Format

Send to

Choose Destination
See comment in PubMed Commons below
Oncol Rep. 2015 Apr;33(4):1599-608. doi: 10.3892/or.2015.3746. Epub 2015 Jan 21.

Proapoptotic effect of endocannabinoids in prostate cancer cells.

Author information

1
Physiology and Biophysics Program, Institute of Biomedical Sciences, Faculty of Medicine, University of Chile, Santiago 8389100, Chile.
2
Pathological Anatomy Service, Clinic Hospital of the University of Chile, Santiago 8389100, Chile.
3
Urology Service, Clinic Hospital of the University of Chile, Santiago 8389100, Chile.
4
Laboratory of Nutrition and Metabolic Regulation, INTA, University of Chile, Santiago 8389100, Chile.

Abstract

In the early stages, prostate cancer is androgen‑ dependent; therefore, medical castration has shown significant results during the initial stages of this pathology. Despite this early effect, advanced prostate cancer is resilient to such treatment. Recent evidence shows that derivatives of Cannabis sativa and its analogs may exert a protective effect against different types of oncologic pathologies. The purpose of the present study was to detect the presence of cannabinoid receptors (CB1 and CB2) on cancer cells with a prostatic origin and to evaluate the effect of the in vitro use of synthetic analogs. In order to do this, we used a commercial cell line and primary cultures derived from prostate cancer and benign prostatic hyperplasia. The presence of the CB1 and CB2 receptors was determined by immunohistochemistry where we showed a higher expression of these receptors in later stages of the disease (samples with a high Gleason score). Later, treatments were conducted using anandamide, 2-arachidonoyl glycerol and a synthetic analog of anandamide, methanandamide. Using the MTT assay, we proved that the treatments produced a cell growth inhibitory effect on all the different prostate cancer cultures. This effect was demonstrated to be dose-dependent. The use of a specific CB1 receptor blocker (SR141716) confirmed that this effect was produced primarily from the activation of the CB1 receptor. In order to understand the MTT assay results, we determined cell cycle distribution by flow cytometry, which showed no variation at the different cell cycle stages in all the cultures after treatment. Treatment with endocannabinoids resulted in an increase in the percentage of apoptotic cells as determined by Annexin V assays and caused an increase in the levels of activated caspase-3 and a reduction in the levels of Bcl-2 confirming that the reduction in cell viability noted in the MTT assay was caused by the activation of the apoptotic pathway. Finally, we observed that endocannabinoid treatment activated the Erk pathway and at the same time, produced a decrease in the activation levels of the Akt pathway. Based on these results, we suggest that endocannabinoids may be a beneficial option for the treatment of prostate cancer that has become nonresponsive to common therapies.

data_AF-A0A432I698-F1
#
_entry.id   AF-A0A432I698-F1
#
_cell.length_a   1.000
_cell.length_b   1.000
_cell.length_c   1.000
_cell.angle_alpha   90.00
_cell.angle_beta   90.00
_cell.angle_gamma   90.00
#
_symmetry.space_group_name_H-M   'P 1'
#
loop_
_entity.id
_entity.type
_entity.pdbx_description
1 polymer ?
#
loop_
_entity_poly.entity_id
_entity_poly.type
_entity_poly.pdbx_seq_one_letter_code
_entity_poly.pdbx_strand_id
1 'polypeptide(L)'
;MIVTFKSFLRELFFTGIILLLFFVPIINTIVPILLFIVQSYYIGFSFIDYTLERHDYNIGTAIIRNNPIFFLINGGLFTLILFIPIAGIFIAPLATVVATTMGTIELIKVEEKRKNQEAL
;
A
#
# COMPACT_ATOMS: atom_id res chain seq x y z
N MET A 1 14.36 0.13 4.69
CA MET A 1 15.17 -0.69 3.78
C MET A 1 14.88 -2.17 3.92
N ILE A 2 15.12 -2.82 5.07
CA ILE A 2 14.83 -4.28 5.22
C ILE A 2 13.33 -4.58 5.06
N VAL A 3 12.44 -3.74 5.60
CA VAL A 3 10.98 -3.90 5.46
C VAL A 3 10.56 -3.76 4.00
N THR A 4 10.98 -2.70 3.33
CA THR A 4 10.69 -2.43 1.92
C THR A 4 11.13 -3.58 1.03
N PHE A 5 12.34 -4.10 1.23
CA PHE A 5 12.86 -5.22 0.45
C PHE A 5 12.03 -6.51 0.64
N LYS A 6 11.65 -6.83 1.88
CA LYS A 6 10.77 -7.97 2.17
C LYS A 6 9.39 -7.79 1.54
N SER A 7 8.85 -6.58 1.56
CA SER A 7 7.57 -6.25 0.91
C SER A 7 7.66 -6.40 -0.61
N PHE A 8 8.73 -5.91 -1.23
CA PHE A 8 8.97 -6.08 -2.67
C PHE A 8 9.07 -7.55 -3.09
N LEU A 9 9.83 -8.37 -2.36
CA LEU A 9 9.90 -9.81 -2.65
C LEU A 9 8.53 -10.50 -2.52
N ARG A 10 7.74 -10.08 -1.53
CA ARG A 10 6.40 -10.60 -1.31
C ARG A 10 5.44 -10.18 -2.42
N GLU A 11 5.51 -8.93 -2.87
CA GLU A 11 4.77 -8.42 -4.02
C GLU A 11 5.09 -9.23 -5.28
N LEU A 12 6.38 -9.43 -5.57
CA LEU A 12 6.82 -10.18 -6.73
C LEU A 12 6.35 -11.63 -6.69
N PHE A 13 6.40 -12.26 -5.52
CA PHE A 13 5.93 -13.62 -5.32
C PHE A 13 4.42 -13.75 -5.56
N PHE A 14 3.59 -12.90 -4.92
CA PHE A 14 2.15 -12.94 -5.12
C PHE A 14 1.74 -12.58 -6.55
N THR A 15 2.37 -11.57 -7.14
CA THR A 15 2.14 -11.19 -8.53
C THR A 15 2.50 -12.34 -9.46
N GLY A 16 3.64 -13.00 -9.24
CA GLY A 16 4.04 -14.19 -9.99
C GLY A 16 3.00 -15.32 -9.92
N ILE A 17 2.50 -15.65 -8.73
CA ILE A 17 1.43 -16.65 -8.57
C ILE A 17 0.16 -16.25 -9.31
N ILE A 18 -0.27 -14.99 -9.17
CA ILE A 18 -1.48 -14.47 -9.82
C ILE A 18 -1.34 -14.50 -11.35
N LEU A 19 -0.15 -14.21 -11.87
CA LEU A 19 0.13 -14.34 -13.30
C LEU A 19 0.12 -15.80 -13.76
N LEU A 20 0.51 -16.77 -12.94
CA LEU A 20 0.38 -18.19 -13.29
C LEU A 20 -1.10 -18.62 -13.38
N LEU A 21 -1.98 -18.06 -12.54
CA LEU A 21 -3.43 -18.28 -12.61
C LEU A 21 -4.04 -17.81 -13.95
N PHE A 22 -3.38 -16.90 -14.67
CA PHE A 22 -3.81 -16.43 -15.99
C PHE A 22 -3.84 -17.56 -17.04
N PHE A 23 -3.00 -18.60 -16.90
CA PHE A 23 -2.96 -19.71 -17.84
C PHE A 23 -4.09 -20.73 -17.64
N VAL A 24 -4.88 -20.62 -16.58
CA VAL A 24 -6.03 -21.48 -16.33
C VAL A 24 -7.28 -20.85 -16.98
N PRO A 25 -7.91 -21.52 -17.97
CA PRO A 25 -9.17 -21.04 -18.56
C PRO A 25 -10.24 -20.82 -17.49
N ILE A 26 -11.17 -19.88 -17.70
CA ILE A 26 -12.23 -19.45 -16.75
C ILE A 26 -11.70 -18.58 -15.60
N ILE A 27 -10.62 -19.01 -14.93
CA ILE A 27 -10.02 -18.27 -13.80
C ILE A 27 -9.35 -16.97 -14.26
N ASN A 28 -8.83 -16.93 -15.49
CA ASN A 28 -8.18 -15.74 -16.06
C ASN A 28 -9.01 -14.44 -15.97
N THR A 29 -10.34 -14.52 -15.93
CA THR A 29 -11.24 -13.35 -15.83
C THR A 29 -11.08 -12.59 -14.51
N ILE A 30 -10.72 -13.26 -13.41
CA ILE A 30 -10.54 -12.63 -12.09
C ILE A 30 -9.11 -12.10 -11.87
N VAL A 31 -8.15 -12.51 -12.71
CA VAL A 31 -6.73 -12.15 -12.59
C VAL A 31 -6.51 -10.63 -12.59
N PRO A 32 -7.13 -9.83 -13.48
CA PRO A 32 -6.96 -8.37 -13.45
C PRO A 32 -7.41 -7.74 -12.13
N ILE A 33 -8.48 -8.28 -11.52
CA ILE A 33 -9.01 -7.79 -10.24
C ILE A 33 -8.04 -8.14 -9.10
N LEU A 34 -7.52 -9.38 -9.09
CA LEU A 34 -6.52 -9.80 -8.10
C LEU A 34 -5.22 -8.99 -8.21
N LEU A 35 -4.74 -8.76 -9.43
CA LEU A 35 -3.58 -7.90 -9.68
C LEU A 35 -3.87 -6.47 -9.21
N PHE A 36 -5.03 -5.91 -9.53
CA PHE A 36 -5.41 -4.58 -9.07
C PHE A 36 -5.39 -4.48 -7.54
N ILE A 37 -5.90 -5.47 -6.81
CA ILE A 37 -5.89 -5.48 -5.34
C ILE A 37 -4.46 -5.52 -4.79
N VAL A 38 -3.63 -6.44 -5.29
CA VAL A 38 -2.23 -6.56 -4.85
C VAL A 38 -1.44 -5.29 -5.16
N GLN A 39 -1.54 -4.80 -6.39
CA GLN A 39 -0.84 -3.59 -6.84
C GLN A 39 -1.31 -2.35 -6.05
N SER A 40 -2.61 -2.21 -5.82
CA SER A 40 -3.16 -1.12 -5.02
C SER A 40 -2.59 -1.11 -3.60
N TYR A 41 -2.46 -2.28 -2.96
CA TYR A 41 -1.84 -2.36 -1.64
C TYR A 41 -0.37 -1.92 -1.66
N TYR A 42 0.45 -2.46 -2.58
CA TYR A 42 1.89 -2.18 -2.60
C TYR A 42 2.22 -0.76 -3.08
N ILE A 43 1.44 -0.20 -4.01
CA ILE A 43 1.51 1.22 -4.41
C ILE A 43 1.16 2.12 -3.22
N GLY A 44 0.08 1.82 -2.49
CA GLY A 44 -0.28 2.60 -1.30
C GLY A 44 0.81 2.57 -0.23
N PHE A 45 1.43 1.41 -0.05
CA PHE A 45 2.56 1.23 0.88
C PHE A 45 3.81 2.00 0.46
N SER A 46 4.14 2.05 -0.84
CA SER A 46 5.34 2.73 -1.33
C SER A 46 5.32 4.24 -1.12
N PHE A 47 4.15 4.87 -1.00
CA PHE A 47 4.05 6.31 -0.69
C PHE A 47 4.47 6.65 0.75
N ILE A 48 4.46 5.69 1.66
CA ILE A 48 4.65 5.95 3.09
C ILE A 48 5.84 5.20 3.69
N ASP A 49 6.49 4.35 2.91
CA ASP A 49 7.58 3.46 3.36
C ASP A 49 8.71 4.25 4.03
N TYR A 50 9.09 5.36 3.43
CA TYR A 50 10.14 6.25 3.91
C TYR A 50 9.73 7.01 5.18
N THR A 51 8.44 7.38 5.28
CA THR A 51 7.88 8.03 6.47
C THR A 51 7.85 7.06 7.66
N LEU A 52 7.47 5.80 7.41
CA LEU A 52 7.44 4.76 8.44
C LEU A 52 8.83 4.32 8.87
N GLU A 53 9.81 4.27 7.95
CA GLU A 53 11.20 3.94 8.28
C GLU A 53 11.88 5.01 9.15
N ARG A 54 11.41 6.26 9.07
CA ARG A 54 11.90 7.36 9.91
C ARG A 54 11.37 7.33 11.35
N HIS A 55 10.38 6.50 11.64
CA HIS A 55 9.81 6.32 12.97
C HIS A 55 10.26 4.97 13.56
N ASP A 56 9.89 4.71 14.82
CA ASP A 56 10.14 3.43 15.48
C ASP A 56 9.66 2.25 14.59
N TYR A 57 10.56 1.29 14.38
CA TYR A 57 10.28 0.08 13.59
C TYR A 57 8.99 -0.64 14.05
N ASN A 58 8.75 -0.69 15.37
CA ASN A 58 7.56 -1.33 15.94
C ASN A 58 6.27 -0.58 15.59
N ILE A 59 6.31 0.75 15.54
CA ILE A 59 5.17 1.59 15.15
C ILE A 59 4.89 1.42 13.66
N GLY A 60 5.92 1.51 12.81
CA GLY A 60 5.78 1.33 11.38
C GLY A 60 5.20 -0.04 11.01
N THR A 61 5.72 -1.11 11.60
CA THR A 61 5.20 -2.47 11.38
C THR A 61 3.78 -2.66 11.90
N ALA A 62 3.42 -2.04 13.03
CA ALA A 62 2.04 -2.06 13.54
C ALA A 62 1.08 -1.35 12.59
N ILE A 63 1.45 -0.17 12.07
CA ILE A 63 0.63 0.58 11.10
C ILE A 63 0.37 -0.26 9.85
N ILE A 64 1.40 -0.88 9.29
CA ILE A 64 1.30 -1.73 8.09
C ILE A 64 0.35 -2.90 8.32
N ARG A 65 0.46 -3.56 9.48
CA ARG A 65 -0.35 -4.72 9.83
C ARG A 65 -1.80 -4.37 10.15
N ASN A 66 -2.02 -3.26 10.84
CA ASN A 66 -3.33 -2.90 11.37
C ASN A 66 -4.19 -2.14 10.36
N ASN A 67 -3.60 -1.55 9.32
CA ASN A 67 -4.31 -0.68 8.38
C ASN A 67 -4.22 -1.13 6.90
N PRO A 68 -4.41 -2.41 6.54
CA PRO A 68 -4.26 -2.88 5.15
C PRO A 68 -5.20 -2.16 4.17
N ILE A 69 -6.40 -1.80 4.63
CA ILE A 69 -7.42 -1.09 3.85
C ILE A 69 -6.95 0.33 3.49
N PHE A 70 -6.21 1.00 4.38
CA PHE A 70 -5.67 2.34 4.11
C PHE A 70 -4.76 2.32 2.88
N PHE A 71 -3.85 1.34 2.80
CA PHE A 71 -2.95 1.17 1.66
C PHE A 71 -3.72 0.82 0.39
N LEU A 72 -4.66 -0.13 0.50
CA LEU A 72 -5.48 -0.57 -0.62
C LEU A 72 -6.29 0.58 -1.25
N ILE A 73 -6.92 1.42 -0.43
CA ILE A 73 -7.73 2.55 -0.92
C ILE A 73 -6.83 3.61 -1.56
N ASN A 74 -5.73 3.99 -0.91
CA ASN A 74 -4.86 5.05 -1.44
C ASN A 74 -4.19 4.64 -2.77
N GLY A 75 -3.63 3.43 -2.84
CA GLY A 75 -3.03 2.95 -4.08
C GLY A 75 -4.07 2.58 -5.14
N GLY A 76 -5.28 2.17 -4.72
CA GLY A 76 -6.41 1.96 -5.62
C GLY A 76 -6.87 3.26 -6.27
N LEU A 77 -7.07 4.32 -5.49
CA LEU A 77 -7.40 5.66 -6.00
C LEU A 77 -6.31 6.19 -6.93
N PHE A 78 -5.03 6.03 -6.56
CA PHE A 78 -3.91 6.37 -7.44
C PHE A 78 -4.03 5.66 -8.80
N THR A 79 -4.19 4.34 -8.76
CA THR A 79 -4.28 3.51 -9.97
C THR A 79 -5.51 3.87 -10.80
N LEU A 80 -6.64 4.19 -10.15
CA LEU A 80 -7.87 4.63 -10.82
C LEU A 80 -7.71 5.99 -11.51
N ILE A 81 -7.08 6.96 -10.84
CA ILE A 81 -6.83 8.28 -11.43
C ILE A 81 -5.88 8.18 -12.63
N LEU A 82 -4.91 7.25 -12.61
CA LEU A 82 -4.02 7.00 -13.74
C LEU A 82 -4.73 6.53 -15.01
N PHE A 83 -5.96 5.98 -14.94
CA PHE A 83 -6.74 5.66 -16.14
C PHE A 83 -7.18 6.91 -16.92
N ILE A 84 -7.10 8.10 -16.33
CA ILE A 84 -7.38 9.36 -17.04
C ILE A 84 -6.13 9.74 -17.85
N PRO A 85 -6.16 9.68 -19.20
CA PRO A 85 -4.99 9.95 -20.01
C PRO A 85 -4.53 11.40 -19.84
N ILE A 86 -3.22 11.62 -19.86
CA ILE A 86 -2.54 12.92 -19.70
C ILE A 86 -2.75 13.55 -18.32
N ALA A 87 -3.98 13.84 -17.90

PMID:
25606819
PMCID:
PMC4358087
DOI:
10.3892/or.2015.3746
[Indexed for MEDLINE]
Free PMC Article
PubMed Commons home

PubMed Commons

0 comments
How to join PubMed Commons

    Supplemental Content

    Full text links

    Icon for Spandidos Publications Icon for PubMed Central
    Loading ...
    Support Center